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I have an Ubuntu Server running KVM. I'd like to get the benefits of ZFS so I was thinking of installing a virtual machine under KVM running Nexenta (or NexentaStor), allowing that virtual machine to have raw access to a couple of physical hard disks, and then having it share its file system with NFS so that Ubuntu can access it.

I've never tried setting up KVM so that the virtual machine has access to physical drives. Does this sound feasible, and is there anything I need to watch out for? Has someone already documented something like this? Does Nexenta/ZFS function basically as well in the virtual environment as if they were running base bones? I can take a small performance hit, but I don't want it to not be as reliable because of the virtualization. Thanks.

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Running Nexenta in a virtual environment is usually done as a strategy for consolidating existing storage. Say, for example, you had several iSCSI boxes that you wanted to bring under one management set and consolidate that storage into a contiguous namespace. You could run Nexenta in a VM and use the iSCSI initiator to connect to those various iSCSI targets in your infrastructure. You can then add those devices to a pool (even raid/mirror them for greater redundancy). Then you can carve up the storage in the pool and share it out however you like. I know that strategy works very well.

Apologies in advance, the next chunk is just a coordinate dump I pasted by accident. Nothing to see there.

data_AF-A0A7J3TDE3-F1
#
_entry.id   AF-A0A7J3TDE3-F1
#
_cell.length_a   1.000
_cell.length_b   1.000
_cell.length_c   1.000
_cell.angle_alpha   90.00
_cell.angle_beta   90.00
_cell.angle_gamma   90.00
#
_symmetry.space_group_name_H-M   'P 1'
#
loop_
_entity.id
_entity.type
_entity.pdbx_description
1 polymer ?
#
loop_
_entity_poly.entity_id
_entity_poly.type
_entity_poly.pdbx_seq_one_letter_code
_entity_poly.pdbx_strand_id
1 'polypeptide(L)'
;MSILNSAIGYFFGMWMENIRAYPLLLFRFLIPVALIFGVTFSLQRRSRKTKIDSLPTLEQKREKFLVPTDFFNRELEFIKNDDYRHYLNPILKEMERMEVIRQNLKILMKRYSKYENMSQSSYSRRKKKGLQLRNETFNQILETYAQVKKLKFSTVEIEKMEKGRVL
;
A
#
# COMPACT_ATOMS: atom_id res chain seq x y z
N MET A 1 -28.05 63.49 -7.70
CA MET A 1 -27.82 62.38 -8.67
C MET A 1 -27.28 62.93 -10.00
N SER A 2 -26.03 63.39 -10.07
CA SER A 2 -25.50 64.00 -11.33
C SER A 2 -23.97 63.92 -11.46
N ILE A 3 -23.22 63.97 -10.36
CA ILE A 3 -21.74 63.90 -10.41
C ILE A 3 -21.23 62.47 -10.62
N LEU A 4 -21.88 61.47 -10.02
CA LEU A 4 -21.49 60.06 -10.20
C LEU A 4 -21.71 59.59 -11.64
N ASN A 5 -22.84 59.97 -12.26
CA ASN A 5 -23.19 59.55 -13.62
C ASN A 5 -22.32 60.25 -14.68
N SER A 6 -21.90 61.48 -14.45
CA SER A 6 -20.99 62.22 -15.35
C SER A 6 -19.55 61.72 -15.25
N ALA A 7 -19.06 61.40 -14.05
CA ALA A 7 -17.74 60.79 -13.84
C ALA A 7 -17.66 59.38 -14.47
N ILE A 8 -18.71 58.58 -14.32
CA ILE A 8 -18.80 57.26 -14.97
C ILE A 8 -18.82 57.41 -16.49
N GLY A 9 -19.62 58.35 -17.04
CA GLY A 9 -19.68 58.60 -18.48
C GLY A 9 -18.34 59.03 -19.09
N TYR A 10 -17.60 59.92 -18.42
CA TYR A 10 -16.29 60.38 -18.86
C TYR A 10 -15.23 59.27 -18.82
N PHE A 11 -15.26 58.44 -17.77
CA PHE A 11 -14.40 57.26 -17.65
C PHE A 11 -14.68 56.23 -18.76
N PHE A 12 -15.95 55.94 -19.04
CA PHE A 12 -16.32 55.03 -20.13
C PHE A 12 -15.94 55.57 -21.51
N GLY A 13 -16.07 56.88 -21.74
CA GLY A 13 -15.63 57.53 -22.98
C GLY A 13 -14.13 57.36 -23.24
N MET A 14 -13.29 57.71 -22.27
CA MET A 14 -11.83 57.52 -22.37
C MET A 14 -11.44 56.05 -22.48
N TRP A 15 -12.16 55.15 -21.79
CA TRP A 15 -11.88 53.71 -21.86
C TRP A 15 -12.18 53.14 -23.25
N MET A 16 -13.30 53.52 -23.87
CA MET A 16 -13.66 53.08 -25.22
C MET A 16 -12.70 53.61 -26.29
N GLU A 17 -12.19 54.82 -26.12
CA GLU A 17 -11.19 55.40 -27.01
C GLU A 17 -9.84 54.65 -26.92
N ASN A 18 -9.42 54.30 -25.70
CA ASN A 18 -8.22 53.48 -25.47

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This is definitely possible under VMWare, specifically due to the hardware passthrough abilities... Take a look at the blog post at:

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For the sake of better I/O and more solid resource management I would advise using ESXi instead. It is a Hypervisor tailored for maximum VM performance, and allows for outstanding resource management. NexentaStor is demanding at times, and I tend to lean towards more robust solutions where my VM is going to be a high I/O system.

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Given your base set of goals, I would strongly recommend looking at the KVM port that Joylent made to Open Indiana (same kernel that NexentaStor is using. This would let you place ZFS at the hypervisor level and run your linux VMs on top of it without kludgey hacks like running a VM to serve over NFS to other VMs.

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